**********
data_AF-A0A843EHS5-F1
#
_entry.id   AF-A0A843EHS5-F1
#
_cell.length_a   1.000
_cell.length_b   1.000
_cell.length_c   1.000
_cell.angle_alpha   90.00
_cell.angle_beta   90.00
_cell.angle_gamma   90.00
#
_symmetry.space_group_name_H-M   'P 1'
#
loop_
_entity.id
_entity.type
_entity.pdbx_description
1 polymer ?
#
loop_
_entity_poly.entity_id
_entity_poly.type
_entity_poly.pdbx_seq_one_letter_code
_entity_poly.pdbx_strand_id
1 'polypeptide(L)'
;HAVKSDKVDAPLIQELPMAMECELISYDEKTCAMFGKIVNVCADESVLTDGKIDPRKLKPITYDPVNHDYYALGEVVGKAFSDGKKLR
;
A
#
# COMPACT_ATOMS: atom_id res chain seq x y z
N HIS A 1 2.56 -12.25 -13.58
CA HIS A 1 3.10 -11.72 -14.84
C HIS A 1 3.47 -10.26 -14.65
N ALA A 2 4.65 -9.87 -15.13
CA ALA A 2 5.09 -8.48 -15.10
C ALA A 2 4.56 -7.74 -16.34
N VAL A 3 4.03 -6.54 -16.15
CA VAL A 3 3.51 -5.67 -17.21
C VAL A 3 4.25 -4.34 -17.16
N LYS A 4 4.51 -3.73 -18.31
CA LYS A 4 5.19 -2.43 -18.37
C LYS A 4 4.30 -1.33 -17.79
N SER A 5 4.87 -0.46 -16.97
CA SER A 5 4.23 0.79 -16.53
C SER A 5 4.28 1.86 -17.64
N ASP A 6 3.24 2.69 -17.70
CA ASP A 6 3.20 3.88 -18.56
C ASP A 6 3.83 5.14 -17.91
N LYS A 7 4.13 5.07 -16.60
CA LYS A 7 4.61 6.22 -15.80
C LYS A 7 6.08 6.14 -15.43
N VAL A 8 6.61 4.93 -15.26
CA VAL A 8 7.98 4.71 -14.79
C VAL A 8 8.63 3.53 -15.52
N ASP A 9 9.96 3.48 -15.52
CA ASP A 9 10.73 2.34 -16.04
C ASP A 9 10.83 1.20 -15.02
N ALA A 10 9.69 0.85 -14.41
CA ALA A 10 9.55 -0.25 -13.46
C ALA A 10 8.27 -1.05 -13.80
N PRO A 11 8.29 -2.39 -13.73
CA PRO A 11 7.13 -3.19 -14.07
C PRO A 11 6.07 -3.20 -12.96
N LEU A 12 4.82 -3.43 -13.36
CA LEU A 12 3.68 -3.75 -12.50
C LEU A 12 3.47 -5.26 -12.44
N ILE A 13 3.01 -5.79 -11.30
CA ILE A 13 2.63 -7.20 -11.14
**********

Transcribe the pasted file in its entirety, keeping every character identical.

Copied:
data_AF-A0A843EHS5-F1
#
_entry.id   AF-A0A843EHS5-F1
#
_cell.length_a   1.000
_cell.length_b   1.000
_cell.length_c   1.000
_cell.angle_alpha   90.00
_cell.angle_beta   90.00
_cell.angle_gamma   90.00
#
_symmetry.space_group_name_H-M   'P 1'
#
loop_
_entity.id
_entity.type
_entity.pdbx_description
1 polymer ?
#
loop_
_entity_poly.entity_id
_entity_poly.type
_entity_poly.pdbx_seq_one_letter_code
_entity_poly.pdbx_strand_id
1 'polypeptide(L)'
;HAVKSDKVDAPLIQELPMAMECELISYDEKTCAMFGKIVNVCADESVLTDGKIDPRKLKPITYDPVNHDYYALGEVVGKAFSDGKKLR
;
A
#
# COMPACT_ATOMS: atom_id res chain seq x y z
N HIS A 1 2.56 -12.25 -13.58
CA HIS A 1 3.10 -11.72 -14.84
C HIS A 1 3.47 -10.26 -14.65
N ALA A 2 4.65 -9.87 -15.13
CA ALA A 2 5.09 -8.48 -15.10
C ALA A 2 4.56 -7.74 -16.34
N VAL A 3 4.03 -6.54 -16.15
CA VAL A 3 3.51 -5.67 -17.21
C VAL A 3 4.25 -4.34 -17.16
N LYS A 4 4.51 -3.73 -18.31
CA LYS A 4 5.19 -2.43 -18.37
C LYS A 4 4.30 -1.33 -17.79
N SER A 5 4.87 -0.46 -16.97
CA SER A 5 4.23 0.79 -16.53
C SER A 5 4.28 1.86 -17.64
N ASP A 6 3.24 2.69 -17.70
CA ASP A 6 3.20 3.88 -18.56
C ASP A 6 3.83 5.14 -17.91
N LYS A 7 4.13 5.07 -16.60
CA LYS A 7 4.61 6.22 -15.80
C LYS A 7 6.08 6.14 -15.43
N VAL A 8 6.61 4.93 -15.26
CA VAL A 8 7.98 4.71 -14.79
C VAL A 8 8.63 3.53 -15.52
N ASP A 9 9.96 3.48 -15.52
CA ASP A 9 10.73 2.34 -16.04
C ASP A 9 10.83 1.20 -15.02
N ALA A 10 9.69 0.85 -14.41
CA ALA A 10 9.55 -0.25 -13.46
C ALA A 10 8.27 -1.05 -13.80
N PRO A 11 8.29 -2.39 -13.73
CA PRO A 11 7.13 -3.19 -14.07
C PRO A 11 6.07 -3.20 -12.96
N LEU A 12 4.82 -3.43 -13.36
CA LEU A 12 3.68 -3.75 -12.50
C LEU A 12 3.47 -5.26 -12.44
N ILE A 13 3.01 -5.79 -11.30
CA ILE A 13 2.63 -7.20 -11.14